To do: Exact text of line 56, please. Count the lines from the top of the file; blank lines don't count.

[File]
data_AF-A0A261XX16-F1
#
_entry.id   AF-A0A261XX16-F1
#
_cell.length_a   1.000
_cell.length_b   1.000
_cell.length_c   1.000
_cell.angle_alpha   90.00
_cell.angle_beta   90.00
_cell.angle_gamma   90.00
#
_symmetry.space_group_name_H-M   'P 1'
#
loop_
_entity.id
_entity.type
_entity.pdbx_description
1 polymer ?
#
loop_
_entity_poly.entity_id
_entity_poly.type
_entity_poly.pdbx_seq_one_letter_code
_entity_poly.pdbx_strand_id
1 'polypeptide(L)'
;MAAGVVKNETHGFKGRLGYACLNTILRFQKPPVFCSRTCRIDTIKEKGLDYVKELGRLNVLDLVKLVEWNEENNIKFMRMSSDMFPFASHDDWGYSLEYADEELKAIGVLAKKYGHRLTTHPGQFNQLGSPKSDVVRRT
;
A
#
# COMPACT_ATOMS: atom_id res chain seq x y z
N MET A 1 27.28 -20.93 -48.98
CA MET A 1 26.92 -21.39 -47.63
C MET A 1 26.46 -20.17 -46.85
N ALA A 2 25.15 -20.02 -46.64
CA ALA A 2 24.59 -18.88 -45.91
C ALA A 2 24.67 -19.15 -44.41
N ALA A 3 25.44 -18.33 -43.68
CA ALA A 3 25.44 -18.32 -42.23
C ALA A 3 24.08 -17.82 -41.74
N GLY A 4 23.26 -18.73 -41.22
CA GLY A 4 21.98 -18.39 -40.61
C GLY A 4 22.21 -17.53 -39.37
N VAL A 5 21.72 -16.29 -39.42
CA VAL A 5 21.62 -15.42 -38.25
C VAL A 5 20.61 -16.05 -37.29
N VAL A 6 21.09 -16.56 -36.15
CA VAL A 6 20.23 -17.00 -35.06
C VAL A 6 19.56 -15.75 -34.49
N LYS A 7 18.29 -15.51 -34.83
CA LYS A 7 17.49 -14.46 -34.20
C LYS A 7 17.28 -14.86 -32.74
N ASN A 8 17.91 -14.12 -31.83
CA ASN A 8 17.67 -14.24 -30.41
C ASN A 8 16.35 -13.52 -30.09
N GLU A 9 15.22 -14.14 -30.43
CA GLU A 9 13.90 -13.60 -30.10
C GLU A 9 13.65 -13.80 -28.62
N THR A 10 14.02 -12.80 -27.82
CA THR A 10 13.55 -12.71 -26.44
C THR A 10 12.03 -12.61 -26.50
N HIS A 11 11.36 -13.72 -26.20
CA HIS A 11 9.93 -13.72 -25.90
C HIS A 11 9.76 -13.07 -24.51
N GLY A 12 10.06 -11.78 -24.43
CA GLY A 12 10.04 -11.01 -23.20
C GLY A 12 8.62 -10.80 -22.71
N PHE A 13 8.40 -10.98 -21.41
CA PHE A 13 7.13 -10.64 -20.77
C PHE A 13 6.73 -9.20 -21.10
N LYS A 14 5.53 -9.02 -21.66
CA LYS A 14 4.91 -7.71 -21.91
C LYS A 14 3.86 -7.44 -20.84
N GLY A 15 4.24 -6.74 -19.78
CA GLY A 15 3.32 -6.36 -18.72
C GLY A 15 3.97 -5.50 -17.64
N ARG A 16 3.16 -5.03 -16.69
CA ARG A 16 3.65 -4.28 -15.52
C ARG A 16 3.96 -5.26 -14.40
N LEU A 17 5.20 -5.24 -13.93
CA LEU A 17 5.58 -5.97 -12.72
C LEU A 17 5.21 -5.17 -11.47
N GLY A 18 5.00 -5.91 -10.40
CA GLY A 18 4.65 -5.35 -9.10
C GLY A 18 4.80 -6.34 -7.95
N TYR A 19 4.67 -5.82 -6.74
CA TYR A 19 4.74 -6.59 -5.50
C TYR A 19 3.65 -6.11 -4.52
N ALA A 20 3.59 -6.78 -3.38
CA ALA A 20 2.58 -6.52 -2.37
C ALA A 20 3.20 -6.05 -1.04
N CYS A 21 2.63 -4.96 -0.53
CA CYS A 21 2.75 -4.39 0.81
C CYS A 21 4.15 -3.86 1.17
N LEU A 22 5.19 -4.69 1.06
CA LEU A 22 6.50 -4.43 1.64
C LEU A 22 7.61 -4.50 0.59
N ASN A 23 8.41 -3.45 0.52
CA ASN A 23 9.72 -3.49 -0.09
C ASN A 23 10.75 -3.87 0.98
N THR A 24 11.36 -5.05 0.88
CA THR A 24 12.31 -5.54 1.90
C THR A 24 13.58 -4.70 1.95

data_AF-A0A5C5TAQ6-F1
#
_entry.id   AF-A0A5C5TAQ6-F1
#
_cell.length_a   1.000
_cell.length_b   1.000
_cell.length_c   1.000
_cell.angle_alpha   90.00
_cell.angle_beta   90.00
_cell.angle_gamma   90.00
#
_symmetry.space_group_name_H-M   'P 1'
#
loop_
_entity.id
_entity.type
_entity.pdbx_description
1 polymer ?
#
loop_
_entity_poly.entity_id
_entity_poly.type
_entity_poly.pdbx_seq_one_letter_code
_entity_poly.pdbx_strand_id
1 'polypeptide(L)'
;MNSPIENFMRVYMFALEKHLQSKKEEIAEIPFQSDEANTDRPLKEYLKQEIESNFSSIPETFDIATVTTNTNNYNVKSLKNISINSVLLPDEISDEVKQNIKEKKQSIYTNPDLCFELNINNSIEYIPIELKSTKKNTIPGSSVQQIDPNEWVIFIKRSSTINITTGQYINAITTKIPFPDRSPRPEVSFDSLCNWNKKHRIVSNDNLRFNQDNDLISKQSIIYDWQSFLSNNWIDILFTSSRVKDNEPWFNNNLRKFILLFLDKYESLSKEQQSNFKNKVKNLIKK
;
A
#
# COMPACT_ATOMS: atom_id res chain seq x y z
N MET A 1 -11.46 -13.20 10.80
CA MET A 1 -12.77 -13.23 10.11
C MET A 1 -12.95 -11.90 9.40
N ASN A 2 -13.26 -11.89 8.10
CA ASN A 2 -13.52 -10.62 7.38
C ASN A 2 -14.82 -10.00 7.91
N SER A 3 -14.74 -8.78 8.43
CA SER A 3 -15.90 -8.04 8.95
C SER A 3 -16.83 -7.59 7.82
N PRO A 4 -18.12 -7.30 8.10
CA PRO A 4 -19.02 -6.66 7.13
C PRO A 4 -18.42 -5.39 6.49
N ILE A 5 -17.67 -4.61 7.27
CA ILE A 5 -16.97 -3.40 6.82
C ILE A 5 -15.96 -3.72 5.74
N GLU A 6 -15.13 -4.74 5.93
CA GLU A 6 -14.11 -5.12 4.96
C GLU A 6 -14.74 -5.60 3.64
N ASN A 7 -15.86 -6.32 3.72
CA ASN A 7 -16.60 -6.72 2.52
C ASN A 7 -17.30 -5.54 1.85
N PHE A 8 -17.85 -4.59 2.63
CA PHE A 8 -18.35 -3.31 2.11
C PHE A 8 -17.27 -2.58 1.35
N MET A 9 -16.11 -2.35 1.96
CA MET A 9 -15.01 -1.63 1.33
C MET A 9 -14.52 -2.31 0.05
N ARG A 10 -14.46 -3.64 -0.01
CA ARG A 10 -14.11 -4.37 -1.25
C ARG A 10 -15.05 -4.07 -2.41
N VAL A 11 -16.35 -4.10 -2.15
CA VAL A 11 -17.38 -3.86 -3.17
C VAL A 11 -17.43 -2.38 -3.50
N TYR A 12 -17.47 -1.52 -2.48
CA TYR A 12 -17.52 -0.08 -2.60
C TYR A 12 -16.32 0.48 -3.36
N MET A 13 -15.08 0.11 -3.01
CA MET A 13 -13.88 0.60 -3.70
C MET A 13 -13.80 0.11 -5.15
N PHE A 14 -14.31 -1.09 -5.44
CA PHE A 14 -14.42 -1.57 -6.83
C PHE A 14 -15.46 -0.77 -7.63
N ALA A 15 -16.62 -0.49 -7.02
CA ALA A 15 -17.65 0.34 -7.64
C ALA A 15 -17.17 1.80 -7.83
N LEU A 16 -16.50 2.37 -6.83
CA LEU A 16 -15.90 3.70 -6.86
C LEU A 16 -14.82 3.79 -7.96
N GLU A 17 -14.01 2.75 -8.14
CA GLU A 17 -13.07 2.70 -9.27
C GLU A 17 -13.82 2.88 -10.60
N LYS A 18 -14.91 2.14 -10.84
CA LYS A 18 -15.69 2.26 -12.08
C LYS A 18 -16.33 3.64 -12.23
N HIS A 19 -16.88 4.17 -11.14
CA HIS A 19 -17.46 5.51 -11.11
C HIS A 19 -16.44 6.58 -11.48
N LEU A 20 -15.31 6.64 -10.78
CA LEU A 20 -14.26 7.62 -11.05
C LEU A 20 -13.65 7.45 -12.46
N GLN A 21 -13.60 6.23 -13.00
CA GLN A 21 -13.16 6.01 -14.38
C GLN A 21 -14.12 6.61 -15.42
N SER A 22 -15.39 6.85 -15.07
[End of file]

CA GLU A 9 13.90 -13.60 -30.10